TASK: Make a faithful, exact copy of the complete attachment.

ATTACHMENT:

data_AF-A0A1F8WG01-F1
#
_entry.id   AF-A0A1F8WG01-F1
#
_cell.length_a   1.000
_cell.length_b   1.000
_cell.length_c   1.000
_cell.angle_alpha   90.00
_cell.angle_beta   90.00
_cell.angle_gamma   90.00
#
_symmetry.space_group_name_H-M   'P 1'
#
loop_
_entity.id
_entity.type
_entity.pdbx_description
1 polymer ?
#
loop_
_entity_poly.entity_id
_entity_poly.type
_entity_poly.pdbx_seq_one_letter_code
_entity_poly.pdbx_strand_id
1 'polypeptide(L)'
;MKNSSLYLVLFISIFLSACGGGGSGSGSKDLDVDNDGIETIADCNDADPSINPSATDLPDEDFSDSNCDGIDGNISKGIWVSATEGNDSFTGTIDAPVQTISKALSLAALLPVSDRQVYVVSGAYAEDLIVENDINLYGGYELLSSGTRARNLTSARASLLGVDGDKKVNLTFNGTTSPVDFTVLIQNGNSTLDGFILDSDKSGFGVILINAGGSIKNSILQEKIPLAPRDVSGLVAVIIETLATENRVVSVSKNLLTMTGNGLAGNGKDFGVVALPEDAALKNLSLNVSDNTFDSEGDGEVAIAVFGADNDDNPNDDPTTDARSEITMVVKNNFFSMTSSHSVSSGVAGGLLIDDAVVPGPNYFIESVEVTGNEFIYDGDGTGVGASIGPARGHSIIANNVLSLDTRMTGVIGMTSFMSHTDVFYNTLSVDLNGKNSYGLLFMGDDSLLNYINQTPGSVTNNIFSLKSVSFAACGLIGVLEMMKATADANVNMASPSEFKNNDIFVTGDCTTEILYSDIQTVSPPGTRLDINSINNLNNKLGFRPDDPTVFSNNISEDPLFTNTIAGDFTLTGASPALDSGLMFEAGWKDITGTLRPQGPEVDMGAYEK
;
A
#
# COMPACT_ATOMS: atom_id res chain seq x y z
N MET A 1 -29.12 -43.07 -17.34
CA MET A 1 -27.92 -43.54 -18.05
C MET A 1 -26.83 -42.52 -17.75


data_AF-A0A1F8WG01-F1
#
_entry.id   AF-A0A1F8WG01-F1
#
_cell.length_a   1.000
_cell.length_b   1.000
_cell.length_c   1.000
_cell.angle_alpha   90.00
_cell.angle_beta   90.00
_cell.angle_gamma   90.00
#
_symmetry.space_group_name_H-M   'P 1'
#
loop_
_entity.id
_entity.type
_entity.pdbx_description
1 polymer ?
#
loop_
_entity_poly.entity_id
_entity_poly.type
_entity_poly.pdbx_seq_one_letter_code
_entity_poly.pdbx_strand_id
1 'polypeptide(L)'
;MKNSSLYLVLFISIFLSACGGGGSGSGSKDLDVDNDGIETIADCNDADPSINPSATDLPDEDFSDSNCDGIDGNISKGIWVSATEGNDSFTGTIDAPVQTISKALSLAALLPVSDRQVYVVSGAYAEDLIVENDINLYGGYELLSSGTRARNLTSARASLLGVDGDKKVNLTFNGTTSPVDFTVLIQNGNSTLDGFILDSDKSGFGVILINAGGSIKNSILQEKIPLAPRDVSGLVAVIIETLATENRVVSVSKNLLTMTGNGLAGNGKDFGVVALPEDAALKNLSLNVSDNTFDSEGDGEVAIAVFGADNDDNPNDDPTTDARSEITMVVKNNFFSMTSSHSVSSGVAGGLLIDDAVVPGPNYFIESVEVTGNEFIYDGDGTGVGASIGPARGHSIIANNVLSLDTRMTGVIGMTSFMSHTDVFYNTLSVDLNGKNSYGLLFMGDDSLLNYINQTPGSVTNNIFSLKSVSFAACGLIGVLEMMKATADANVNMASPSEFKNNDIFVTGDCTTEILYSDIQTVSPPGTRLDINSINNLNNKLGFRPDDPTVFSNNISEDPLFTNTIAGDFTLTGASPALDSGLMFEAGWKDITGTLRPQGPEVDMGAYEK
;
A
#
# COMPACT_ATOMS: atom_id res chain seq x y z
N MET A 1 -29.12 -43.07 -17.34
CA MET A 1 -27.92 -43.54 -18.05
C MET A 1 -26.83 -42.52 -17.75